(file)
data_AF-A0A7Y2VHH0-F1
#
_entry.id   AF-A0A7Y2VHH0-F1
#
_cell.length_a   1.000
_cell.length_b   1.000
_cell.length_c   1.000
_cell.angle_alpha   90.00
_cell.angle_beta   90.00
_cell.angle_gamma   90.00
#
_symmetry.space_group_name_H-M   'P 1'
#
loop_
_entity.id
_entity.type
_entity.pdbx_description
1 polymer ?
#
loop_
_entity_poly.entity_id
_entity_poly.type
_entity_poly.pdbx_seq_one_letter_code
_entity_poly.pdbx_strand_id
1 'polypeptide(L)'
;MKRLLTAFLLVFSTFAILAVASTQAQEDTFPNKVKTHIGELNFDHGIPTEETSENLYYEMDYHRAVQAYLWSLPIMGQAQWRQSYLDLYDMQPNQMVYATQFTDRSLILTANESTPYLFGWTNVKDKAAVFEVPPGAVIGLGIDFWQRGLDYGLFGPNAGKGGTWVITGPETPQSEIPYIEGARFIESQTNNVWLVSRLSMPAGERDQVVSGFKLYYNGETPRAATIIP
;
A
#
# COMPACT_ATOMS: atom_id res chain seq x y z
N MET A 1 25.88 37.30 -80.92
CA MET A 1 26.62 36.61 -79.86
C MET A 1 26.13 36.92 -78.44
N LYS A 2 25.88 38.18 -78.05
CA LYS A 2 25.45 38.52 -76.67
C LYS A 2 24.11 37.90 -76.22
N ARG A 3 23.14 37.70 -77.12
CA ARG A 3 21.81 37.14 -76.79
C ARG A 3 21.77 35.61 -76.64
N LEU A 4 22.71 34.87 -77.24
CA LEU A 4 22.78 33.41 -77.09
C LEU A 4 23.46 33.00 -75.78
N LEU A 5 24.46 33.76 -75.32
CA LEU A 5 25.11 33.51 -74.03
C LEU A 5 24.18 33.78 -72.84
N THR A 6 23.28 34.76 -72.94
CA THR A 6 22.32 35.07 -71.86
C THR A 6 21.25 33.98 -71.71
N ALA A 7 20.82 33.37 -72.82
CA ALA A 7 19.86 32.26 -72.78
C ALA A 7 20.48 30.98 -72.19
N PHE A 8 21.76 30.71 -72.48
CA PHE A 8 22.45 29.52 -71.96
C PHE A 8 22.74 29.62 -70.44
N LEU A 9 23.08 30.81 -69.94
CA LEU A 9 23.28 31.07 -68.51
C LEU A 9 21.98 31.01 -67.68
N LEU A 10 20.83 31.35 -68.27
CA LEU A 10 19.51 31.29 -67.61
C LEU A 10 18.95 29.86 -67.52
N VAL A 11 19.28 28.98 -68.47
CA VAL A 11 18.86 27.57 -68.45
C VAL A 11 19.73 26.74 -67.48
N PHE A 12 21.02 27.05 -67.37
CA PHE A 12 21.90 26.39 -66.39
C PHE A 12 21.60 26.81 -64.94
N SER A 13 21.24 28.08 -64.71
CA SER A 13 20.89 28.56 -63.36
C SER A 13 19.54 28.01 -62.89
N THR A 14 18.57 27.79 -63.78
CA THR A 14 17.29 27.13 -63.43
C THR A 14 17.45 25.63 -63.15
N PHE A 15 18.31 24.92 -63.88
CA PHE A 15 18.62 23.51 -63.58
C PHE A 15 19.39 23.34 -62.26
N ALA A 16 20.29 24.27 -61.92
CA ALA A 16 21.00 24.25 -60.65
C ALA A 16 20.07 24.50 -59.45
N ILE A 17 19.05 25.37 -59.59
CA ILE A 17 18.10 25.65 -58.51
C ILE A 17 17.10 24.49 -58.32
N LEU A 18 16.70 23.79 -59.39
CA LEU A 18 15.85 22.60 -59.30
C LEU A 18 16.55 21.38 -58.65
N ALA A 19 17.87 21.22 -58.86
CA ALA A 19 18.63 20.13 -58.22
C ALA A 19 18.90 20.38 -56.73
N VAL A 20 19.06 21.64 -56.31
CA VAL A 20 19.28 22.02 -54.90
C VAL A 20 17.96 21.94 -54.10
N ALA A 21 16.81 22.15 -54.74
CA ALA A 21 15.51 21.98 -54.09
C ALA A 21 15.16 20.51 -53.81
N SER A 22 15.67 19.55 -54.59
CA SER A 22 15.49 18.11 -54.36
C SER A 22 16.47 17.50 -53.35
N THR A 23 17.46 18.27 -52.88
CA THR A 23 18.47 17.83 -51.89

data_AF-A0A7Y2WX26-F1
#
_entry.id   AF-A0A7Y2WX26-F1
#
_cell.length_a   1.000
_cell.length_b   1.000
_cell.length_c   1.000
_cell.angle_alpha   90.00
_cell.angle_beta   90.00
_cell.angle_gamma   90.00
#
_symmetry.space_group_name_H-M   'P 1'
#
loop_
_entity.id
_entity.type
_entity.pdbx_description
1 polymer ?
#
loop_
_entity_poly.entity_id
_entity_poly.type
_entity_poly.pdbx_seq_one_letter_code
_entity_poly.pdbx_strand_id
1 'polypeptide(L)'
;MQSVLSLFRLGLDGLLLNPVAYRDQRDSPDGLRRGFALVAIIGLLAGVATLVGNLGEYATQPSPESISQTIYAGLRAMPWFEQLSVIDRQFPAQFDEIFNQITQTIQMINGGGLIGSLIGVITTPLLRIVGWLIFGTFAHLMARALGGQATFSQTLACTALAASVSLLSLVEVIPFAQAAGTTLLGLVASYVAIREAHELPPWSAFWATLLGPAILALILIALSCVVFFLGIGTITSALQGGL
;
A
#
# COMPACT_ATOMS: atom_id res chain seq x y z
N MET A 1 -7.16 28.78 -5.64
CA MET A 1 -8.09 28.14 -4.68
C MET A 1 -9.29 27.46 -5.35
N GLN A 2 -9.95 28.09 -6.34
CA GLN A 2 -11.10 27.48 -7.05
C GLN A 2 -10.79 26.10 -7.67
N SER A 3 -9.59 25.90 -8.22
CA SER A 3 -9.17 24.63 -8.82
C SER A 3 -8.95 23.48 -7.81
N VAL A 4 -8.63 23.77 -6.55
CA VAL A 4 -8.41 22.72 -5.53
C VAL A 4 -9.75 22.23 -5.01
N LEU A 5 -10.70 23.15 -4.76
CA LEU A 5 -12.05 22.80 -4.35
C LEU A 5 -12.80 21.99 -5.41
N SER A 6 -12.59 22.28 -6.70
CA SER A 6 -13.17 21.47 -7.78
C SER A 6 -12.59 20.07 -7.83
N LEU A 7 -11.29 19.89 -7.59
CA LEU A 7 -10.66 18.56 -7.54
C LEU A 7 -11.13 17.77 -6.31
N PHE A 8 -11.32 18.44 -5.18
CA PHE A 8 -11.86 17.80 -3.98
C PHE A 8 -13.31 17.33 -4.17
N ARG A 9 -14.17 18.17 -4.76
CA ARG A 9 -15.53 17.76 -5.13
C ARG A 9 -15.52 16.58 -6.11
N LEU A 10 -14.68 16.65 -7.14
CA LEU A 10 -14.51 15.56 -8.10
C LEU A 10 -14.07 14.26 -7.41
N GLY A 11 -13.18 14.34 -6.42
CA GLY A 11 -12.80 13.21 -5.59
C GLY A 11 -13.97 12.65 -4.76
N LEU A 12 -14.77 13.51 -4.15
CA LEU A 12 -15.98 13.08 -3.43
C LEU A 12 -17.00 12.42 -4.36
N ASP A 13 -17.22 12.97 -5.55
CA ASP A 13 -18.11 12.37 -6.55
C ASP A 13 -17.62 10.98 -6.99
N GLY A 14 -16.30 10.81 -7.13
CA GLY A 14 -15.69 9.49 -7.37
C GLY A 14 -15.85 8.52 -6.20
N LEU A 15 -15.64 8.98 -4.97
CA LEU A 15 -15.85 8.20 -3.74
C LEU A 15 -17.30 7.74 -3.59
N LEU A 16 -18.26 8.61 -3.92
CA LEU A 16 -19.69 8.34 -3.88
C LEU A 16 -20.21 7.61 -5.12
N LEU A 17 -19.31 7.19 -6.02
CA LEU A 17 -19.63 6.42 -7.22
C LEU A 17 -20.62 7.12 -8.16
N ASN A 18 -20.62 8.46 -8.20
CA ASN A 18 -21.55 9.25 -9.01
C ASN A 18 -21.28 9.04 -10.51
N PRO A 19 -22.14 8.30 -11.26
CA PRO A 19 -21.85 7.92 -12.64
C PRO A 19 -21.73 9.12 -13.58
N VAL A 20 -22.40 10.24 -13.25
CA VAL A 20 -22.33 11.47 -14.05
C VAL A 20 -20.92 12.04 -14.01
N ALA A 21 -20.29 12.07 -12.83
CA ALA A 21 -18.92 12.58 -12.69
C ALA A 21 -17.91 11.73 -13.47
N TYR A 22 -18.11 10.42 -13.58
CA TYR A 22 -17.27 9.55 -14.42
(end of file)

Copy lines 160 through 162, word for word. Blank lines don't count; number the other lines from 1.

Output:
CA GLY A 11 -12.80 13.21 -5.59
C GLY A 11 -13.97 12.65 -4.76
N LEU A 12 -14.77 13.51 -4.15